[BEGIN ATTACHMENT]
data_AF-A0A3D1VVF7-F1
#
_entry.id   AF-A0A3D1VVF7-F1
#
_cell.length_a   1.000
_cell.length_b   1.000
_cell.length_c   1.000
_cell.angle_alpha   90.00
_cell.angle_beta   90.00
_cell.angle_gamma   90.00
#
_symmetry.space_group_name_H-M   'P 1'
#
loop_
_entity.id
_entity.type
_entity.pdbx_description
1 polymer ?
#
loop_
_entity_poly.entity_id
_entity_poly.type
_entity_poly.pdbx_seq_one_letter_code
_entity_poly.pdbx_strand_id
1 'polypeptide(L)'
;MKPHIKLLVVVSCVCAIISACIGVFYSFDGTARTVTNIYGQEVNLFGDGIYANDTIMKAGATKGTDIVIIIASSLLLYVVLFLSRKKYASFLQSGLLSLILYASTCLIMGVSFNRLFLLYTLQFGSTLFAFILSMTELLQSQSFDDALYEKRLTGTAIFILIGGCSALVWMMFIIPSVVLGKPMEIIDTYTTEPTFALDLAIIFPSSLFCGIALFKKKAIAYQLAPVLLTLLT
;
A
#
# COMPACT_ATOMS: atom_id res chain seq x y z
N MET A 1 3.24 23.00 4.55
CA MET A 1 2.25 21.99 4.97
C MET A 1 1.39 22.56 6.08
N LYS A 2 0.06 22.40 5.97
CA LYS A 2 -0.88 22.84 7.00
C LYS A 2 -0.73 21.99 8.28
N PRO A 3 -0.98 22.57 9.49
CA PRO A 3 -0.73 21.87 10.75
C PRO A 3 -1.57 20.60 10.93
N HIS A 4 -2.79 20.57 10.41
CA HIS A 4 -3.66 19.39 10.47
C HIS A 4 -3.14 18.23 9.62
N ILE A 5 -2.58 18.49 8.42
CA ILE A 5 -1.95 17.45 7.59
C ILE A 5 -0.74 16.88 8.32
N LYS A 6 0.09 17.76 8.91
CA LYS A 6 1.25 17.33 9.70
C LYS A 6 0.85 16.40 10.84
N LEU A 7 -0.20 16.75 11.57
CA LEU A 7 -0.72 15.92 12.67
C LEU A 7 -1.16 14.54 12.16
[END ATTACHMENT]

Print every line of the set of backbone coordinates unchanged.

data_AF-A0A3D1VVF7-F1
#
_entry.id   AF-A0A3D1VVF7-F1
#
_cell.length_a   1.000
_cell.length_b   1.000
_cell.length_c   1.000
_cell.angle_alpha   90.00
_cell.angle_beta   90.00
_cell.angle_gamma   90.00
#
_symmetry.space_group_name_H-M   'P 1'
#
loop_
_entity.id
_entity.type
_entity.pdbx_description
1 polymer ?
#
loop_
_entity_poly.entity_id
_entity_poly.type
_entity_poly.pdbx_seq_one_letter_code
_entity_poly.pdbx_strand_id
1 'polypeptide(L)'
;MKPHIKLLVVVSCVCAIISACIGVFYSFDGTARTVTNIYGQEVNLFGDGIYANDTIMKAGATKGTDIVIIIASSLLLYVVLFLSRKKYASFLQSGLLSLILYASTCLIMGVSFNRLFLLYTLQFGSTLFAFILSMTELLQSQSFDDALYEKRLTGTAIFILIGGCSALVWMMFIIPSVVLGKPMEIIDTYTTEPTFALDLAIIFPSSLFCGIALFKKKAIAYQLAPVLLTLLT
;
A
#
# COMPACT_ATOMS: atom_id res chain seq x y z
N MET A 1 3.24 23.00 4.55
CA MET A 1 2.25 21.99 4.97
C MET A 1 1.39 22.56 6.08
N LYS A 2 0.06 22.40 5.97
CA LYS A 2 -0.88 22.84 7.00
C LYS A 2 -0.73 21.99 8.28
N PRO A 3 -0.98 22.57 9.49
CA PRO A 3 -0.73 21.87 10.75
C PRO A 3 -1.57 20.60 10.93
N HIS A 4 -2.79 20.57 10.41
CA HIS A 4 -3.66 19.39 10.47
C HIS A 4 -3.14 18.23 9.62
N ILE A 5 -2.58 18.49 8.42
CA ILE A 5 -1.95 17.45 7.59
C ILE A 5 -0.74 16.88 8.32
N LYS A 6 0.09 17.76 8.91
CA LYS A 6 1.25 17.33 9.70
C LYS A 6 0.85 16.40 10.84
N LEU A 7 -0.20 16.75 11.57
CA LEU A 7 -0.72 15.92 12.67
C LEU A 7 -1.16 14.54 12.16